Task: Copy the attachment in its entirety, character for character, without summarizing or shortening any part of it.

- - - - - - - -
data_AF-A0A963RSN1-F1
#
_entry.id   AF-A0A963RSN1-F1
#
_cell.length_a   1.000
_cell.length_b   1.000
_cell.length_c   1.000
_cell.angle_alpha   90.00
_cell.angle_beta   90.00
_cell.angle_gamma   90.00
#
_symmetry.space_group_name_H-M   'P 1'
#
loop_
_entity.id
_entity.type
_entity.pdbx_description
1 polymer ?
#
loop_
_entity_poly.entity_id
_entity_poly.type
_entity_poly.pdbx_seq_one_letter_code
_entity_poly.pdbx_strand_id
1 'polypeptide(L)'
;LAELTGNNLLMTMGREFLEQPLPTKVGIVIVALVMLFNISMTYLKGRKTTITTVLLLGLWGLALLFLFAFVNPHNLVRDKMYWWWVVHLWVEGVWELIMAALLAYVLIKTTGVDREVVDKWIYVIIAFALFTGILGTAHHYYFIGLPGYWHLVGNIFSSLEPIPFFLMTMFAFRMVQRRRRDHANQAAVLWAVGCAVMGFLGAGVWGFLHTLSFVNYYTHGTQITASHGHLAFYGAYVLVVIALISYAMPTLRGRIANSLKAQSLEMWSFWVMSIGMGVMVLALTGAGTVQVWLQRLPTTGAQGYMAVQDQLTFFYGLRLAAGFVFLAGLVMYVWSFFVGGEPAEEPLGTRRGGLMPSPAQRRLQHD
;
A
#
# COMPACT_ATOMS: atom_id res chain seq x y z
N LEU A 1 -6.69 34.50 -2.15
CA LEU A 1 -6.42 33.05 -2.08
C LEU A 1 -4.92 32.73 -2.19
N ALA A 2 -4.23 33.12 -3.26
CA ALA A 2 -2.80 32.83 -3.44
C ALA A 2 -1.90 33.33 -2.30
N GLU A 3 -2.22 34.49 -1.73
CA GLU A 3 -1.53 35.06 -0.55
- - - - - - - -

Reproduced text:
data_AF-A0A963RSN1-F1
#
_entry.id   AF-A0A963RSN1-F1
#
_cell.length_a   1.000
_cell.length_b   1.000
_cell.length_c   1.000
_cell.angle_alpha   90.00
_cell.angle_beta   90.00
_cell.angle_gamma   90.00
#
_symmetry.space_group_name_H-M   'P 1'
#
loop_
_entity.id
_entity.type
_entity.pdbx_description
1 polymer ?
#
loop_
_entity_poly.entity_id
_entity_poly.type
_entity_poly.pdbx_seq_one_letter_code
_entity_poly.pdbx_strand_id
1 'polypeptide(L)'
;LAELTGNNLLMTMGREFLEQPLPTKVGIVIVALVMLFNISMTYLKGRKTTITTVLLLGLWGLALLFLFAFVNPHNLVRDKMYWWWVVHLWVEGVWELIMAALLAYVLIKTTGVDREVVDKWIYVIIAFALFTGILGTAHHYYFIGLPGYWHLVGNIFSSLEPIPFFLMTMFAFRMVQRRRRDHANQAAVLWAVGCAVMGFLGAGVWGFLHTLSFVNYYTHGTQITASHGHLAFYGAYVLVVIALISYAMPTLRGRIANSLKAQSLEMWSFWVMSIGMGVMVLALTGAGTVQVWLQRLPTTGAQGYMAVQDQLTFFYGLRLAAGFVFLAGLVMYVWSFFVGGEPAEEPLGTRRGGLMPSPAQRRLQHD
;
A
#
# COMPACT_ATOMS: atom_id res chain seq x y z
N LEU A 1 -6.69 34.50 -2.15
CA LEU A 1 -6.42 33.05 -2.08
C LEU A 1 -4.92 32.73 -2.19
N ALA A 2 -4.23 33.12 -3.26
CA ALA A 2 -2.80 32.83 -3.44
C ALA A 2 -1.90 33.33 -2.30
N GLU A 3 -2.22 34.49 -1.73
CA GLU A 3 -1.53 35.06 -0.55